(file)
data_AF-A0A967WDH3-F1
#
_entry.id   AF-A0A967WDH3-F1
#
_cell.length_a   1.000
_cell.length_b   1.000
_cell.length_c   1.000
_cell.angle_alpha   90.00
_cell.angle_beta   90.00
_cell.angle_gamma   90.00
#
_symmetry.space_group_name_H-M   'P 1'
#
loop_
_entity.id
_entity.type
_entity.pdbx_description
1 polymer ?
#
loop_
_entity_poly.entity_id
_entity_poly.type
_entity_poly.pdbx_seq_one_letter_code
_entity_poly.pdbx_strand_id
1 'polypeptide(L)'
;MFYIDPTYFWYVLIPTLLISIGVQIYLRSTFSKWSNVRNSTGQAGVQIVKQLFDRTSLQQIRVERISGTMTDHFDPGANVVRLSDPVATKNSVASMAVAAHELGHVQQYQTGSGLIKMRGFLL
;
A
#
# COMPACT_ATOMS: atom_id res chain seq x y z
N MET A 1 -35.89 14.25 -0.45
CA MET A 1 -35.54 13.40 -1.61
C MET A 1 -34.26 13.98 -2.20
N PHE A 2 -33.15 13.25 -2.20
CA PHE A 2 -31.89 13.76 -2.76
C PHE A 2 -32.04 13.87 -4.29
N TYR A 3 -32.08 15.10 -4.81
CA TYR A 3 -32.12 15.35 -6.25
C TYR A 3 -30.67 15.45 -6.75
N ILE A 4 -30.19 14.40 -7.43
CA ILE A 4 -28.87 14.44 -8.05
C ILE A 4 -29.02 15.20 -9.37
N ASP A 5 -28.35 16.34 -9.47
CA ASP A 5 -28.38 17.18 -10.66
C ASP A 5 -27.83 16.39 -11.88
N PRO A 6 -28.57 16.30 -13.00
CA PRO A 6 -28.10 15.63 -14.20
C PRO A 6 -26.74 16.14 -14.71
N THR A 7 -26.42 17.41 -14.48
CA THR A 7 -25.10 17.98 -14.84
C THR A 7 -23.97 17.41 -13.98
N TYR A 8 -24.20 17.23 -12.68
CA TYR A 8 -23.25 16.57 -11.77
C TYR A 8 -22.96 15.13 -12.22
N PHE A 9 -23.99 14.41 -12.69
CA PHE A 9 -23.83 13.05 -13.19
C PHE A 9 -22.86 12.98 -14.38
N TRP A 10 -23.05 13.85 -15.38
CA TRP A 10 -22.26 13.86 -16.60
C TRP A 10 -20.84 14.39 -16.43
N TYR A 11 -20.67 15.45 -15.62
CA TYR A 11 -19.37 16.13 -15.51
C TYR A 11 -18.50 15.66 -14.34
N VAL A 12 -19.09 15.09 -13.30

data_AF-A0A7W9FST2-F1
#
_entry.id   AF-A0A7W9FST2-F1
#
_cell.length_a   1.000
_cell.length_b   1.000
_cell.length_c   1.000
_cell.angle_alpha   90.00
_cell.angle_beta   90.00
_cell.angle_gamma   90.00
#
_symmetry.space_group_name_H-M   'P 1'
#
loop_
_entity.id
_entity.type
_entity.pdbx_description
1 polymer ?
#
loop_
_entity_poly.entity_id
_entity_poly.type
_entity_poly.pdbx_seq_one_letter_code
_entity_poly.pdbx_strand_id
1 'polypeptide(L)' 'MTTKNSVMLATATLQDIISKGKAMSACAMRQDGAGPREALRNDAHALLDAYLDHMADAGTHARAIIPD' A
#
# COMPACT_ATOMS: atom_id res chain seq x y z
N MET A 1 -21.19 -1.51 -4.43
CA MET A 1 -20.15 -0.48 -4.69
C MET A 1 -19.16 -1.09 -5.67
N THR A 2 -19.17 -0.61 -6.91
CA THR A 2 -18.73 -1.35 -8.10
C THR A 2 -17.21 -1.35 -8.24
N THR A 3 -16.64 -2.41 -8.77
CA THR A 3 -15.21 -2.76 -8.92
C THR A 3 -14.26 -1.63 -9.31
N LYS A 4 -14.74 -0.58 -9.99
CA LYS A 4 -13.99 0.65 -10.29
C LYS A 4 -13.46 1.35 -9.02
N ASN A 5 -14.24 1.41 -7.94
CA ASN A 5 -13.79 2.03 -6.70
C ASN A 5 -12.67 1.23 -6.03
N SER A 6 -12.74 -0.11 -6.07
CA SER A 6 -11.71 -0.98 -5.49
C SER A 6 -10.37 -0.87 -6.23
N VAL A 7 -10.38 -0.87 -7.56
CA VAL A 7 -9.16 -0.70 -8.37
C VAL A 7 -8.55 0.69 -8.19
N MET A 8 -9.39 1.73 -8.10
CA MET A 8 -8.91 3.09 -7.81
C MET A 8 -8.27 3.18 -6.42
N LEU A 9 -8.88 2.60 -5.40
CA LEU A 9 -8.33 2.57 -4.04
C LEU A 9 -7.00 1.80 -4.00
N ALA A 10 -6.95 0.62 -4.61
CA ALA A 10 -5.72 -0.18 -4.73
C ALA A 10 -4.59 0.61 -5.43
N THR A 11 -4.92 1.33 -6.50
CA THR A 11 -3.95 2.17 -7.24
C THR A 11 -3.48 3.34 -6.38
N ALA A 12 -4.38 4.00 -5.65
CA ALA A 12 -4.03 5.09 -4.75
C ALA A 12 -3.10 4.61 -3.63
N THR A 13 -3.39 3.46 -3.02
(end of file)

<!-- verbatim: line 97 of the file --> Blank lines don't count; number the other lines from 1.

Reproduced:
C THR A 2 -17.21 -1.35 -8.24